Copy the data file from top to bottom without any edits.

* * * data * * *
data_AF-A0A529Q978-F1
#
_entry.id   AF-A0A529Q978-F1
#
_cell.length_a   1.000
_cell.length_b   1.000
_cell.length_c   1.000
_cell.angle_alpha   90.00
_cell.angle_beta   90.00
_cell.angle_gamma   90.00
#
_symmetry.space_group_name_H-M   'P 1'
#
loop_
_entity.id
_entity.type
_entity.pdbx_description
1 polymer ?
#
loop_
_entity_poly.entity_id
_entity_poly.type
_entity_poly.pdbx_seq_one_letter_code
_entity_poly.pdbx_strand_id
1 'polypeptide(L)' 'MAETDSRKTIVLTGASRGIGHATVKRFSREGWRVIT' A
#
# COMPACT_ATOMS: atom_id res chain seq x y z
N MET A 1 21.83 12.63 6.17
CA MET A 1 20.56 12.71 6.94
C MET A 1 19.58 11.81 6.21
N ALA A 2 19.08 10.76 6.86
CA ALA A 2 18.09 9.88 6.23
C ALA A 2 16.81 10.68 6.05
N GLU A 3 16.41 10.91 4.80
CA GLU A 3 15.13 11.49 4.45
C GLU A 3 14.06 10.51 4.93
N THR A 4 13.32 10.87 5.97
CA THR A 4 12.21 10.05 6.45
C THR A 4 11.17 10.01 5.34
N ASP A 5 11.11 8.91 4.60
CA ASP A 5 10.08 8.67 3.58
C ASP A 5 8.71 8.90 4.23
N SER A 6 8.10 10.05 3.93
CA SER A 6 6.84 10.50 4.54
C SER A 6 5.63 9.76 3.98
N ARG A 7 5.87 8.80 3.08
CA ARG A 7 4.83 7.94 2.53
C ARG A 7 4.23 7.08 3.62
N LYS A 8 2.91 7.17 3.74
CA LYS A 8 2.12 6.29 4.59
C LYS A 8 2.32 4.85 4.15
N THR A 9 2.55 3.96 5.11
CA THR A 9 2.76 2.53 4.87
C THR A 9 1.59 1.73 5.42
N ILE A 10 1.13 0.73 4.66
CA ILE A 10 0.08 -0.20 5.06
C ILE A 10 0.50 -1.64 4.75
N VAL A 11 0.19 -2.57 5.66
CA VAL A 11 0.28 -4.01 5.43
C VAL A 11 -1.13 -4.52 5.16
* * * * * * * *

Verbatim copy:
data_AF-A0A529Q978-F1
#
_entry.id   AF-A0A529Q978-F1
#
_cell.length_a   1.000
_cell.length_b   1.000
_cell.length_c   1.000
_cell.angle_alpha   90.00
_cell.angle_beta   90.00
_cell.angle_gamma   90.00
#
_symmetry.space_group_name_H-M   'P 1'
#
loop_
_entity.id
_entity.type
_entity.pdbx_description
1 polymer ?
#
loop_
_entity_poly.entity_id
_entity_poly.type
_entity_poly.pdbx_seq_one_letter_code
_entity_poly.pdbx_strand_id
1 'polypeptide(L)' 'MAETDSRKTIVLTGASRGIGHATVKRFSREGWRVIT' A
#
# COMPACT_ATOMS: atom_id res chain seq x y z
N MET A 1 21.83 12.63 6.17
CA MET A 1 20.56 12.71 6.94
C MET A 1 19.58 11.81 6.21
N ALA A 2 19.08 10.76 6.86
CA ALA A 2 18.09 9.88 6.23
C ALA A 2 16.81 10.68 6.05
N GLU A 3 16.41 10.91 4.80
CA GLU A 3 15.13 11.49 4.45
C GLU A 3 14.06 10.51 4.93
N THR A 4 13.32 10.87 5.97
CA THR A 4 12.21 10.05 6.45
C THR A 4 11.17 10.01 5.34
N ASP A 5 11.11 8.91 4.60
CA ASP A 5 10.08 8.67 3.58
C ASP A 5 8.71 8.90 4.23
N SER A 6 8.10 10.05 3.93
CA SER A 6 6.84 10.50 4.54
C SER A 6 5.63 9.76 3.98
N ARG A 7 5.87 8.80 3.08
CA ARG A 7 4.83 7.94 2.53
C ARG A 7 4.23 7.08 3.62
N LYS A 8 2.91 7.17 3.74
CA LYS A 8 2.12 6.29 4.59
C LYS A 8 2.32 4.85 4.15
N THR A 9 2.55 3.96 5.11
CA THR A 9 2.76 2.53 4.87
C THR A 9 1.59 1.73 5.42
N ILE A 10 1.13 0.73 4.66
CA ILE A 10 0.08 -0.20 5.06
C ILE A 10 0.50 -1.64 4.75
N VAL A 11 0.19 -2.57 5.66
CA VAL A 11 0.28 -4.01 5.43
C VAL A 11 -1.13 -4.52 5.16